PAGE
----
The all-pervasive and ubiquitous Internet of Things (IoT) has made an indelible impact on our lives and businesses. The internet connected the world and the emergence of the IoT further consolidated these connections. Gartner’s definition succinctly encapsulates its essence – “The Internet of Things (IoT) is the network of physical objects that contain embedded technology to communicate and sense or interact with their internal states or the external environment.”
The IoT connects billions of devices, giving businesses an opportunity to enhance productivity, efficiency, and innovation. According to Statista, there were 13.8 billion installed and connected devices globally in 2021, and they are estimated to increase to 30.9 billion by 2025, creating a deeply connected web of devices. IoT enables seamless access to unprecedented amounts of data. Even in its nascent stage of evolution, the potential to impact business outcomes is tremendous, and is poised to bring in the next evolution in connectivity. The global market for IoT end user solutions is expected to reach $1.6 trillion by 2025.
Today, IoT is no longer just an emerging technology, but a game changer propelled by the pandemic. The IoT is enabling global businesses to build on the foundations of artificial intelligence, machine learning, big data, and the cloud to unlock new possibilities for the future. The Vodafone 2020 IoT Spotlight report, based on a survey of over 1,600 businesses, has revealed that 84% of businesses credit IoT technology for maintaining business continuity during the pandemic. In addition, about three fourths of the respondents now indicate an accelerated adoption plan.
Leveraging IoT use cases for business transformation
As companies across industries embark on digital transformation programs to engage with the digital economy, they are looking to connect physical assets with the IT ecosystem to increase operational efficiency, optimize usage, and improve the reliability of assets to generate new business opportunities.
With sensors connected to the equipment, machinery, and various other assets, the IoT has found its place in use cases across industries. These connected assets are enhancing the potential to generate and utilize data, to leverage analytics, and to provide key business insights across operations and customers. In recent years, companies have also realized the benefits of cost efficiency, security, agility, and collaboration through integration with cloud platforms and edge computing.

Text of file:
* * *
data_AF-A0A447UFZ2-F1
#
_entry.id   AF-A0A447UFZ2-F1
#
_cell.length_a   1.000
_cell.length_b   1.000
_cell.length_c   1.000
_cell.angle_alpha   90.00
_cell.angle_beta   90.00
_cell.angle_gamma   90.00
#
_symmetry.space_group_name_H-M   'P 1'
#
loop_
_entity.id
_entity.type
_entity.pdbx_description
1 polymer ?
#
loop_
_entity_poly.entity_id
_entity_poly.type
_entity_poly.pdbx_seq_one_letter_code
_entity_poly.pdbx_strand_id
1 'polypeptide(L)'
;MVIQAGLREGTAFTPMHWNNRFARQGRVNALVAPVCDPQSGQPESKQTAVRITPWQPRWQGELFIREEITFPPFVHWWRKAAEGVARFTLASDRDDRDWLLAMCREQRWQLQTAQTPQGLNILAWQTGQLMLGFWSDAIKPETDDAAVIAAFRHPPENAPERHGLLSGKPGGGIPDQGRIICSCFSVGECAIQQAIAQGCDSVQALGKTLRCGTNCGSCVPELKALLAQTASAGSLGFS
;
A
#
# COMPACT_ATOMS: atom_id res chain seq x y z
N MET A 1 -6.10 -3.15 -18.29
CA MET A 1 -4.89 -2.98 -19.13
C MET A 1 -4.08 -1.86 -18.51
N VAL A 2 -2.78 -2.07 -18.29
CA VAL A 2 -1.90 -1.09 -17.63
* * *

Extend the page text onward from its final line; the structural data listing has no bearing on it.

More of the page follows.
The manufacturing, energy, retail, logistics, and transportation industries have been the most prolific users of IoT for business transformation.
- The most common use cases are in asset monitoring and maintenance in the manufacturing industry. Predictive maintenance with the help of IoT and other converging technologies has helped manufacturers to save millions on their assets. A report by Markets and Markets indicates that the global predictive maintenance market size will grow from $4 billion in 2020 to over $12 billion by 2025.
- Retailers have used IoT based sensors to monitor customer buying patterns, customer satisfaction, send hyper personalized communications to customers, optimize product usage, monitor delivery efficiency, and much more. The global IoT in the retail market is expected to grow at a compound annual growth rate (CAGR) of almost 20% to #35.5 billion by 2025. Global retail chain, Walmart is leveraging IoT technologies to retain the freshness and quality of its food items in the cold storage sections. There are several use cases within retail supply chains and warehousing operations that ensure seamless production to store continuum.
- Smart cities are another classic example of how governments leverage IoT technologies to ensure citizens’ convenience and safety. The United Nations Conference on Trade and Development (UNCTAD) estimates that more than half of the global population now lives in urban areas. With these growing numbers, IoT has found several applications in smart cities that have decongested urban traffic, improved energy efficiency, and simplified waste management.
However, to realize the full potential of digital transformation, integration with the operational systems is critical. Let’s take the example of a manufacturing unit, where a faulty part has been detected. The operations teams will resolve the problem based on the current assessment. However, several factors need to be considered – when was the last time the part failed, how was it repaired, what spares were used, was the material available in the inventory, what skills were required, and so on. Also, it is unclear if these were mapped against how critical the part was to the operation and its potential future state. To ensure such predictability, the convergence between IT and operational technology (OT) is paramount.
The quintessential IT-OT convergence
Device connectivity with the IoT enables companies to offer better customer experience, improve operational efficiency, and reduce time and effort. How can this be made possible? As mentioned before, the answer lies in the convergence of IT and OT, which bridges IT and OT data and platforms in near real time so that information can be harnessed as a virtual single system, enabling visibility and business process rigor across the organization. Today, the data flow between IT and OT has increased significantly, enabled by IoT technologies and other methods such as in memory databases, advanced integration methods, artificial intelligence, machine learning, and analytics.